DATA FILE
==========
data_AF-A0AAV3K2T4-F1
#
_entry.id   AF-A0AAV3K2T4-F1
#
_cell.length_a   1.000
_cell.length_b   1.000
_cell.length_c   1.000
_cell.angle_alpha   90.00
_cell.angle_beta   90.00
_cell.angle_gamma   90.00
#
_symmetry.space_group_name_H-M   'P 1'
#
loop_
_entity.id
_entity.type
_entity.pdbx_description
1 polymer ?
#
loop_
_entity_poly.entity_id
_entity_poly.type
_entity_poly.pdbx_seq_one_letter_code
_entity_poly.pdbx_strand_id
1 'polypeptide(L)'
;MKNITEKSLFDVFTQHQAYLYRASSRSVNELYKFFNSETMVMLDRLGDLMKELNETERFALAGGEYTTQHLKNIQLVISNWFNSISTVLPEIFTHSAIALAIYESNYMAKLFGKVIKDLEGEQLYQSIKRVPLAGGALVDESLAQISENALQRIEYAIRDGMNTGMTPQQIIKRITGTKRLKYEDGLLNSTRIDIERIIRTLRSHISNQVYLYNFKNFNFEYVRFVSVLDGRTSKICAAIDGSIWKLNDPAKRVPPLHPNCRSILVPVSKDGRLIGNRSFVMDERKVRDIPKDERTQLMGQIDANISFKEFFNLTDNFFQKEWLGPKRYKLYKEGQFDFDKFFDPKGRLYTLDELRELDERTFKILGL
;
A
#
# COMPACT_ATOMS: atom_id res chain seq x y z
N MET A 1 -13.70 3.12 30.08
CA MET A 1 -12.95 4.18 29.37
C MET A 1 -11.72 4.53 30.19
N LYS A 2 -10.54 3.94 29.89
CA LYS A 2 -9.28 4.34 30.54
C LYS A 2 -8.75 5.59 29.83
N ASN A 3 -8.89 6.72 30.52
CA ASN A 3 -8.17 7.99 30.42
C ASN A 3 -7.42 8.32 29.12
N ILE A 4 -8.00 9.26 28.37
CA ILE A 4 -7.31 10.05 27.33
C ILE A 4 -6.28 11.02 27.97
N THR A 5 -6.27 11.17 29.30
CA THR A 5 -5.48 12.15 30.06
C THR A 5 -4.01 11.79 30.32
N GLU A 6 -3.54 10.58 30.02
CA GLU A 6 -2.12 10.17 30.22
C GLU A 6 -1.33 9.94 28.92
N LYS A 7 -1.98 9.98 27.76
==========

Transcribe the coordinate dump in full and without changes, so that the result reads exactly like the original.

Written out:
data_AF-A0AAV3K2T4-F1
#
_entry.id   AF-A0AAV3K2T4-F1
#
_cell.length_a   1.000
_cell.length_b   1.000
_cell.length_c   1.000
_cell.angle_alpha   90.00
_cell.angle_beta   90.00
_cell.angle_gamma   90.00
#
_symmetry.space_group_name_H-M   'P 1'
#
loop_
_entity.id
_entity.type
_entity.pdbx_description
1 polymer ?
#
loop_
_entity_poly.entity_id
_entity_poly.type
_entity_poly.pdbx_seq_one_letter_code
_entity_poly.pdbx_strand_id
1 'polypeptide(L)'
;MKNITEKSLFDVFTQHQAYLYRASSRSVNELYKFFNSETMVMLDRLGDLMKELNETERFALAGGEYTTQHLKNIQLVISNWFNSISTVLPEIFTHSAIALAIYESNYMAKLFGKVIKDLEGEQLYQSIKRVPLAGGALVDESLAQISENALQRIEYAIRDGMNTGMTPQQIIKRITGTKRLKYEDGLLNSTRIDIERIIRTLRSHISNQVYLYNFKNFNFEYVRFVSVLDGRTSKICAAIDGSIWKLNDPAKRVPPLHPNCRSILVPVSKDGRLIGNRSFVMDERKVRDIPKDERTQLMGQIDANISFKEFFNLTDNFFQKEWLGPKRYKLYKEGQFDFDKFFDPKGRLYTLDELRELDERTFKILGL
;
A
#
# COMPACT_ATOMS: atom_id res chain seq x y z
N MET A 1 -13.70 3.12 30.08
CA MET A 1 -12.95 4.18 29.37
C MET A 1 -11.72 4.53 30.19
N LYS A 2 -10.54 3.94 29.89
CA LYS A 2 -9.28 4.34 30.54
C LYS A 2 -8.75 5.59 29.83
N ASN A 3 -8.89 6.72 30.52
CA ASN A 3 -8.17 7.99 30.42
C ASN A 3 -7.42 8.32 29.12
N ILE A 4 -8.00 9.26 28.37
CA ILE A 4 -7.31 10.05 27.33
C ILE A 4 -6.28 11.02 27.97
N THR A 5 -6.27 11.17 29.30
CA THR A 5 -5.48 12.15 30.06
C THR A 5 -4.01 11.79 30.32
N GLU A 6 -3.54 10.58 30.02
CA GLU A 6 -2.12 10.17 30.22
C GLU A 6 -1.33 9.94 28.92
N LYS A 7 -1.98 9.98 27.76